Monday, January 16, 2012

Urban Survival Stories



food shortages




A true story from the snow storm archives:

"When the power goes off, we have no water, no heat and no light."

Dear Tom,

I live in the FAR suburbs of Detroit. It was cornfields thirty years ago, but the suburbs have fully moved in. We have our ice storms and severe snow storms. We can be without power for 2 - 6 days at a time.

We have a well, so when the power goes off, we have no water, no heat and no light.
I have added a solar electric back up for light and a generator to drive our 220 well.

We have a fireplace insert which keeps the house comfortable. So we are pretty well set. BUT! Most city people could use a home survival kit to keep them going for 2 - 5 days. That would be a product that you might think about. Possibly a basic kit with a GOOD and thorough instruction book. It could consist of basic survival products and supplies and suggestions on what they could or should do or not do.

Here are a few suggestions:

1 Long burning candles for continuous light, a tiny bit of heat and a little cheer
2 Extra batteries or rechargeable batteries and a small solar battery charger
3 Cards or games to make people take their mind of the immediate problem
4 Enough canned or freeze dried food for a week
5 A weeks supply of water
6 Several extra space blankets for added warmth
7 Gum & candy
8 A battery powered flashing beacon, so rescuers would know they were there
9 Some kind of hat for warmth or sun protection
10 Some kind of weapon for self protection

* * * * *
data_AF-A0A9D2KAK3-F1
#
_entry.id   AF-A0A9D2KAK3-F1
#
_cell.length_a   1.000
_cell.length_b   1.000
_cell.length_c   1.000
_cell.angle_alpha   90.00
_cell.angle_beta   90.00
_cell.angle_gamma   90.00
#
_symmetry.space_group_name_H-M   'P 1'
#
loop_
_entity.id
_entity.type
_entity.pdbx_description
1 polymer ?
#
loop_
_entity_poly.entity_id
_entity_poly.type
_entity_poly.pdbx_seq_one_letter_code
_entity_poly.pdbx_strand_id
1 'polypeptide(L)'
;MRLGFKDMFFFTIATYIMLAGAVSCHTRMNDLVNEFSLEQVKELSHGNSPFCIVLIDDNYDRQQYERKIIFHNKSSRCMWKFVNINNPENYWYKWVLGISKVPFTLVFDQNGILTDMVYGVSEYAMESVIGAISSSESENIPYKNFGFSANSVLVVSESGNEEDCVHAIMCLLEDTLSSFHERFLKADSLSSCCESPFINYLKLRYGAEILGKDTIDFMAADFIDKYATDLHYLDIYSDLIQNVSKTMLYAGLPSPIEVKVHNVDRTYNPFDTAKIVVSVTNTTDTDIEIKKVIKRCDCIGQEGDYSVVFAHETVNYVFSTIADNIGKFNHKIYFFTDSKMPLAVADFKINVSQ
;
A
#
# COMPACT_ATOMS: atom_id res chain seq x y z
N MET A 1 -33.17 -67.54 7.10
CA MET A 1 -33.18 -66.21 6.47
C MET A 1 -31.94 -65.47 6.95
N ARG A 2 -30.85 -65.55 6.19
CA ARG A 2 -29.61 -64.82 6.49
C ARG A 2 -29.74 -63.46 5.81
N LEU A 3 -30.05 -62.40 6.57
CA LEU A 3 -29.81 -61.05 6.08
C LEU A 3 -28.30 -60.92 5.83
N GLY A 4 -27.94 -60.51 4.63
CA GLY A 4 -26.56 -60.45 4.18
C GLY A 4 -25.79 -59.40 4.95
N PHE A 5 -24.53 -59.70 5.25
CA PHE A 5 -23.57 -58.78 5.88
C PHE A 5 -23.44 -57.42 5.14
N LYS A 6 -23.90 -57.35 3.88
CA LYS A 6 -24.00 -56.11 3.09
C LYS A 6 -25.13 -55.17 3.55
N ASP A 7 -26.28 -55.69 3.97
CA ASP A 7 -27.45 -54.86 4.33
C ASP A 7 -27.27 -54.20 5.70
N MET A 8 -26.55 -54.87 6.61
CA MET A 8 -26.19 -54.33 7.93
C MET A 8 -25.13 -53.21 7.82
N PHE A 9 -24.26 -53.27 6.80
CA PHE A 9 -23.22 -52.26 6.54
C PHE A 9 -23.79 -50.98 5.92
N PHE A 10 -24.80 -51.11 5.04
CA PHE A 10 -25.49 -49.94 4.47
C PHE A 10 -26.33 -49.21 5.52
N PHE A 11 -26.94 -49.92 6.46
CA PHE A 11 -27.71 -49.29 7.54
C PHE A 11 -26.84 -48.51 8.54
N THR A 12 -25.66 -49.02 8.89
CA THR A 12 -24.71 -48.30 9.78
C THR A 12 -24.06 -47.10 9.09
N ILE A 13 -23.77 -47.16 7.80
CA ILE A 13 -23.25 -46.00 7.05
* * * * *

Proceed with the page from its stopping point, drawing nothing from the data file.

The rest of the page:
Yours Truly,
Lee Osborn

A Note from Survival Authority, Tom Sciacca of

Testing your gear periodically is extremely important as well. As I write this, we're in early November in Upstate NY.
I have been thinking and checking the gear I have to keep my house warm in case of a power failure. We have several layers. We too have a fireplace insert and it does a great job. We burn wood throughout the winter.
If we lose power the fans won't work. I have a product called a WEZA that has a foot powered battery pack. You can charge it by pressing the pedal over and over. This will power the fans on the fireplace insert. Let's say the generator and the WEZA won't work and therefore the fireplace insert isn't producing enough heat.
We also have several propane tanks stored safely and securely away from the house. There are heat producing burners that mount on these propane takes. As long as the area is ventilated well (be very careful about this and do your research) they can produce a lot of heat. As long as it's safe, I can put one right in front of the fireplace. The require no electricity and can heat your house in an emergency.

In your emergency preps, think about redundancy. What can you do if this doesn't work or that doesn't work and so on?"
-From one of the many informative and interesting articles from the Urban Survival Stories web site.


Please read and learn from these true stories about how other people faced, and survived, crisis situations in an urban area. Learn what they did right, what they did wrong, and what they would do differently, including how to prepare for the situation, should it ever occur again.
Urban Survival Stories


No comments: